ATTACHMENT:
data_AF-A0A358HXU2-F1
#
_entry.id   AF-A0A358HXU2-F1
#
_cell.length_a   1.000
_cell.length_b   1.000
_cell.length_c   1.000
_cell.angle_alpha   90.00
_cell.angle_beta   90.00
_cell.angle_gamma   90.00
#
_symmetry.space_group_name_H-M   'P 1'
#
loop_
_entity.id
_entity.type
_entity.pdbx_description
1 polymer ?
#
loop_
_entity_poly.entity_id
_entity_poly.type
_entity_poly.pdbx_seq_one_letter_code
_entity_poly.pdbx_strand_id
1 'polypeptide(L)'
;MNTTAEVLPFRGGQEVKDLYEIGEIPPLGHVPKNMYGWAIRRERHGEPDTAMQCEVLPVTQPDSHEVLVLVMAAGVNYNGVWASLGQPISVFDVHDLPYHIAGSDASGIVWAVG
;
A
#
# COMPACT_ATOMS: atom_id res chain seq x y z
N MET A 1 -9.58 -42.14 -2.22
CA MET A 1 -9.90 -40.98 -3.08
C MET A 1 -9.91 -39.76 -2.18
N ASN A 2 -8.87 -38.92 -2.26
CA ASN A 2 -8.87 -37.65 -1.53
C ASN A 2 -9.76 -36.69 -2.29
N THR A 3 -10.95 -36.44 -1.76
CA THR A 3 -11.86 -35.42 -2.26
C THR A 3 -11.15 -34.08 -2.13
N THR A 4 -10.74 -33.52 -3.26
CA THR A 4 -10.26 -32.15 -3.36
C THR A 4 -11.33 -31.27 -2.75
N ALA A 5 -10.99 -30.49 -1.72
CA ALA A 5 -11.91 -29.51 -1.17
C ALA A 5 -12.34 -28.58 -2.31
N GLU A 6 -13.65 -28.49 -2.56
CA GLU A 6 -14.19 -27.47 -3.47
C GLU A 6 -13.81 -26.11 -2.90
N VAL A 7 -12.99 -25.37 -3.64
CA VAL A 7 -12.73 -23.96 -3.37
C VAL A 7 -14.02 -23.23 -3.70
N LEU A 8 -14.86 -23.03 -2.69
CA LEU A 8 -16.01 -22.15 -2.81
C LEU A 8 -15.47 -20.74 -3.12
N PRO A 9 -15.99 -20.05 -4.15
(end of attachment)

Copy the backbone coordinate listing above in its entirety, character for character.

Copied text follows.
data_AF-A0A358HXU2-F1
#
_entry.id   AF-A0A358HXU2-F1
#
_cell.length_a   1.000
_cell.length_b   1.000
_cell.length_c   1.000
_cell.angle_alpha   90.00
_cell.angle_beta   90.00
_cell.angle_gamma   90.00
#
_symmetry.space_group_name_H-M   'P 1'
#
loop_
_entity.id
_entity.type
_entity.pdbx_description
1 polymer ?
#
loop_
_entity_poly.entity_id
_entity_poly.type
_entity_poly.pdbx_seq_one_letter_code
_entity_poly.pdbx_strand_id
1 'polypeptide(L)'
;MNTTAEVLPFRGGQEVKDLYEIGEIPPLGHVPKNMYGWAIRRERHGEPDTAMQCEVLPVTQPDSHEVLVLVMAAGVNYNGVWASLGQPISVFDVHDLPYHIAGSDASGIVWAVG
;
A
#
# COMPACT_ATOMS: atom_id res chain seq x y z
N MET A 1 -9.58 -42.14 -2.22
CA MET A 1 -9.90 -40.98 -3.08
C MET A 1 -9.91 -39.76 -2.18
N ASN A 2 -8.87 -38.92 -2.26
CA ASN A 2 -8.87 -37.65 -1.53
C ASN A 2 -9.76 -36.69 -2.29
N THR A 3 -10.95 -36.44 -1.76
CA THR A 3 -11.86 -35.42 -2.26
C THR A 3 -11.15 -34.08 -2.13
N THR A 4 -10.74 -33.52 -3.26
CA THR A 4 -10.26 -32.15 -3.36
C THR A 4 -11.33 -31.27 -2.75
N ALA A 5 -10.99 -30.49 -1.72
CA ALA A 5 -11.91 -29.51 -1.17
C ALA A 5 -12.34 -28.58 -2.31
N GLU A 6 -13.65 -28.49 -2.56
CA GLU A 6 -14.19 -27.47 -3.47
C GLU A 6 -13.81 -26.11 -2.90
N VAL A 7 -12.99 -25.37 -3.64
CA VAL A 7 -12.73 -23.96 -3.37
C VAL A 7 -14.02 -23.23 -3.70
N LEU A 8 -14.86 -23.03 -2.69
CA LEU A 8 -16.01 -22.15 -2.81
C LEU A 8 -15.47 -20.74 -3.12
N PRO A 9 -15.99 -20.05 -4.15